By Stacy Hernandez
DAVIS – Over two hundred students from various California colleges met virtually on Friday afternoon at the California Student Voter Summit to learn and discuss ways in which to foster voter engagement within their campus communities.
Before delving into the panel, moderated by California Secretary of State Alex Padilla, the Summit began with a brief introduction by Moises Gonzalez, a student at St. Mary’s College.
Gonzalez began by explaining the importance of creating a voting plan but also reminded students that there are alternate ways to use their voice if they are unable to vote.
Following Gonzalez, Padilla began his session by recalling voter turnout from the 2014 California state election, the very election in which he beat Pete Peterson to become Secretary of State.
According to Padilla, only 52 percent of eligible young voters were registered to vote for the 2014 election, and among them, there was only an 8 percent turnout rate.
Historically, young voters have been the age group with the lowest voter turnout at elections.
Padilla went on to explain the measures being taken by California to ensure that all voters have a chance to cast their vote. During the first week of October, all registered voters will be receiving a ballot through mail. The state, however, will still provide in-person voting.
Padilla encouraged everyone to visit vote.ca.gov to access voting resources and to check voter registration. He stressed the importance of ensuring that the voter’s personal information (such as the address) was up to date.
Padilla also set aside time to allow the Summit’s student speakers introduce themselves and start a conversation on the roles they have taken to encourage students to vote in the upcoming election.
Miyako Iwata, a student at UC Berkeley, shared one of her ideas to stir excitement among her peers to become registered voters.
Iwata shared that as an out-of-state student, she was surprised to step on campus and see how much students looked forward to Big Game, the rivalry football game played between UC Berkeley and Stanford.
Because of the pandemic, Big Game will not be happening anytime soon, but Iwata plans to use this friendly rivalry between schools to host a contest between the two schools.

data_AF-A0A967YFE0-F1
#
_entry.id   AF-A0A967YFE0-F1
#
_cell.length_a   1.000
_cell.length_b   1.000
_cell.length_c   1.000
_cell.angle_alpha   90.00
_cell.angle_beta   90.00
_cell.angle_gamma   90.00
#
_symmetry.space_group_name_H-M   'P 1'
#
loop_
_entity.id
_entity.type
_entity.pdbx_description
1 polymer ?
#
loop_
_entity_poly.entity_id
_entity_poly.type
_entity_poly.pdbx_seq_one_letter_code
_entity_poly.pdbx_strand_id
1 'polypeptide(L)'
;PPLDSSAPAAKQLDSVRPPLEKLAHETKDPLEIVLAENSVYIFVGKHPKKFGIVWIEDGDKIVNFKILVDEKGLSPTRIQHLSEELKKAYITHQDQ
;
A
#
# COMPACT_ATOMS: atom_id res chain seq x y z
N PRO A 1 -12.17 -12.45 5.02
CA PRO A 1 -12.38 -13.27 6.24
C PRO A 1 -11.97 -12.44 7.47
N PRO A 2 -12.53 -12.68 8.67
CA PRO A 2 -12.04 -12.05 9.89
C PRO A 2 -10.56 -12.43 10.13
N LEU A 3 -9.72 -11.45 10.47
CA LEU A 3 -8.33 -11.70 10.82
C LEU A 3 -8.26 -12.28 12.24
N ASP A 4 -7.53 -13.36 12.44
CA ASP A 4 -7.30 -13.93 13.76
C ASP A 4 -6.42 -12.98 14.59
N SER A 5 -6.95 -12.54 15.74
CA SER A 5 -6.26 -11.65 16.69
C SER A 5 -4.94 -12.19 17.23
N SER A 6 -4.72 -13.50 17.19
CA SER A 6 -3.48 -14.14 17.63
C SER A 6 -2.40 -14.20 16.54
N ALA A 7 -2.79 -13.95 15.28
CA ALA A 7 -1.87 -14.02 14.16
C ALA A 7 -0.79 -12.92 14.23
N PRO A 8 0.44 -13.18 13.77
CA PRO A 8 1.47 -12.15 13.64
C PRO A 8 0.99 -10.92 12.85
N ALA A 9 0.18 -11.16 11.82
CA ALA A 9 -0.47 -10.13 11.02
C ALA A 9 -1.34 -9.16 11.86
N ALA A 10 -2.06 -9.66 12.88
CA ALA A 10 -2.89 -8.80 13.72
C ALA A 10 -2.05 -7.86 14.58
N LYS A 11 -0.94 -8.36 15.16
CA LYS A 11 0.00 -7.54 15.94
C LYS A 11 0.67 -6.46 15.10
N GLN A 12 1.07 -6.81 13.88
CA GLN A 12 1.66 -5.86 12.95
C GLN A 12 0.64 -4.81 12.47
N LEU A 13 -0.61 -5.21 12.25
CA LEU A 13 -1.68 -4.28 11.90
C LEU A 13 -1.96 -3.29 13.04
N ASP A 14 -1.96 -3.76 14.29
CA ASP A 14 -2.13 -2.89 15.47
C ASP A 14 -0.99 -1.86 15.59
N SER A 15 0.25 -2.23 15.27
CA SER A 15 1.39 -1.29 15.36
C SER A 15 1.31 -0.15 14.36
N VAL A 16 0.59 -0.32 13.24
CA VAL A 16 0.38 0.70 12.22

Iwata explained that in this potential contest between Berkeley and Stanford, the schools would compete to see which campus could yield the most registered voters among their student body.
Although Iwata is still unsure of the logistics for her idea, she encouraged other colleges to follow suit and set up a similar event that motivates students to become registered voters.
Following Padilla’s panel, students had the opportunity to attend different breakout sessions that addressed ways to create campus civic plans.
The session titled “Rapid Fire Resources” allowed students to familiarize themselves with digital resources that campuses could use to encourage civic engagement among students.
One such resource was the CAstudentvote.org website, which provides voting information such as how to vote absentee, what form of ID is needed to vote, etc.
But the presenters did not just share this handy website with the students. They also shared a document explaining how campuses can navigate the website to send their students voting reminders through phone calls, canvassing and text messaging.
Because of this resource, the University of Southern California was able to register over a thousand voters when the University President sent out a campus wide email with a link to StudentVote.org.
Additionally, this website shares links to the Secretary of State’s Ballot Bowl, thus allowing campuses to enter a voting competition while also registering their students.
To learn more about the Summit’s speakers, visit this YouTube playlist with videos about their organization’s efforts to increase voter engagement.